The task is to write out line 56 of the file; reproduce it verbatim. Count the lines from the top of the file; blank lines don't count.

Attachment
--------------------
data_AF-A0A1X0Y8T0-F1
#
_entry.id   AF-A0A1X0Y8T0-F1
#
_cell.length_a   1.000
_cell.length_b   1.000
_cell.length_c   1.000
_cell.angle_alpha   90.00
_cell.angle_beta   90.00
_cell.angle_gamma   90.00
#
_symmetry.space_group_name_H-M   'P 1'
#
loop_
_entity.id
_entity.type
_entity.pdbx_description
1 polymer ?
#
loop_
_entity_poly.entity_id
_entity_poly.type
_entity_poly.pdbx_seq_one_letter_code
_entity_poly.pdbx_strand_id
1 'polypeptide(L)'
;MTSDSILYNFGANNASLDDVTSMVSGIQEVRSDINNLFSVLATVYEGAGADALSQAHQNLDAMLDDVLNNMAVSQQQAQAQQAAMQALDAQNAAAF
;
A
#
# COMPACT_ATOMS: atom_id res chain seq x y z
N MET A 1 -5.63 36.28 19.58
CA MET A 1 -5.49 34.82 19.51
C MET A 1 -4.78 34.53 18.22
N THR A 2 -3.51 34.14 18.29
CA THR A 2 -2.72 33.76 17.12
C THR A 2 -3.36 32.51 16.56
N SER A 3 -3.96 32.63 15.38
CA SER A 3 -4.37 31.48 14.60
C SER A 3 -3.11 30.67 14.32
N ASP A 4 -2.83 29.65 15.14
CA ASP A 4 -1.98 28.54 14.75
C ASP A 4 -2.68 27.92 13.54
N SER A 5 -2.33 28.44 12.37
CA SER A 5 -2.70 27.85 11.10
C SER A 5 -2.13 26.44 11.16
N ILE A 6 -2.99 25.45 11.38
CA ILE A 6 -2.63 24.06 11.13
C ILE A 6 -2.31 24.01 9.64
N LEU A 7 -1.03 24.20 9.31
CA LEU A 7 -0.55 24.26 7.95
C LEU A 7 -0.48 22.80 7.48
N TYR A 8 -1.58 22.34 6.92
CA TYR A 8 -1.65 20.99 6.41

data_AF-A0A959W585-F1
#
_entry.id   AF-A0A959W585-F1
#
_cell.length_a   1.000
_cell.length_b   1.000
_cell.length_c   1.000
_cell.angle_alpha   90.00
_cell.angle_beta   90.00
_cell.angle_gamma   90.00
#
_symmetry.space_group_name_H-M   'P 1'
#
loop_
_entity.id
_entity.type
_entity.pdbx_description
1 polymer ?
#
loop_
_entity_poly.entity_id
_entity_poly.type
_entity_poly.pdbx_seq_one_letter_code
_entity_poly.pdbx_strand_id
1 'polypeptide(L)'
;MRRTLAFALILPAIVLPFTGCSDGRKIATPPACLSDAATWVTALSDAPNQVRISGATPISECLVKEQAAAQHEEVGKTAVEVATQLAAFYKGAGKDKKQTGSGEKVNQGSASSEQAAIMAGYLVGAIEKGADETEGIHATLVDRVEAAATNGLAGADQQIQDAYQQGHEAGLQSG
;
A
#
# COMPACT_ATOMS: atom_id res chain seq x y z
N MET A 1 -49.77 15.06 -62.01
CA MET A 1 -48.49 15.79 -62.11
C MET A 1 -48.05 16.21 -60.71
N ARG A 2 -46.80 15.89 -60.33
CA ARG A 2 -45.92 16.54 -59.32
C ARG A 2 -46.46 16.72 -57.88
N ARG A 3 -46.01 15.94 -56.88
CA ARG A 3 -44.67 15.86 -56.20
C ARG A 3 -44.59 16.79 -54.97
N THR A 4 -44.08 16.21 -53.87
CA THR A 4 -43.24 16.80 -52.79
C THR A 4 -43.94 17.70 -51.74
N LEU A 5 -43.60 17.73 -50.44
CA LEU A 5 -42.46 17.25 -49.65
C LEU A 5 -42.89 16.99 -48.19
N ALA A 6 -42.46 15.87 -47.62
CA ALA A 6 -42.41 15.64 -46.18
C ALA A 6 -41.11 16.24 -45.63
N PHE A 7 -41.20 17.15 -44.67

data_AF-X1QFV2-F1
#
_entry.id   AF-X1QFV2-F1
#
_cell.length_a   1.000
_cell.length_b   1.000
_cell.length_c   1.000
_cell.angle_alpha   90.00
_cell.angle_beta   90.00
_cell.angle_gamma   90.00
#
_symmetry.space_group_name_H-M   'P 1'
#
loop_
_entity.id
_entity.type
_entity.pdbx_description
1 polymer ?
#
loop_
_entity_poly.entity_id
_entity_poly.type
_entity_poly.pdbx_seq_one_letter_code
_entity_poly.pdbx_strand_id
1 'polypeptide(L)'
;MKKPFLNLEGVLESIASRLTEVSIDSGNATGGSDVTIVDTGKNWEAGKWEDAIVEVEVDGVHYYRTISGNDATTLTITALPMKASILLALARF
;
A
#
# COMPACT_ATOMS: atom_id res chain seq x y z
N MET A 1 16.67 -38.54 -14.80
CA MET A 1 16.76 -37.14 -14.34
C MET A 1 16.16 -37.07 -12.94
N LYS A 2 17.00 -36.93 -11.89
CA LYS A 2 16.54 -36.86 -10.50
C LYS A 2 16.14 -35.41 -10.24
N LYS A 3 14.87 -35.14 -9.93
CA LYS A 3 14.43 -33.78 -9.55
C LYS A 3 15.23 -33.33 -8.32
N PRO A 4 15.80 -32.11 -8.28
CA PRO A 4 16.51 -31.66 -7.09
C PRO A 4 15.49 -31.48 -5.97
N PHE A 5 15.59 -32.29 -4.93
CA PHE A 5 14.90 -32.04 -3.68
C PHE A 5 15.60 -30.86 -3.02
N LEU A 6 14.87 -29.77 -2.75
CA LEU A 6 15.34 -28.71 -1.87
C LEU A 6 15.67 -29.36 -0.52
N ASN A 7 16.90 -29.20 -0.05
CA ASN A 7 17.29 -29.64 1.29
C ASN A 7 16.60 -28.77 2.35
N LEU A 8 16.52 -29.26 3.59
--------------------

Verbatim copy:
_entry.id   AF-A0A959W585-F1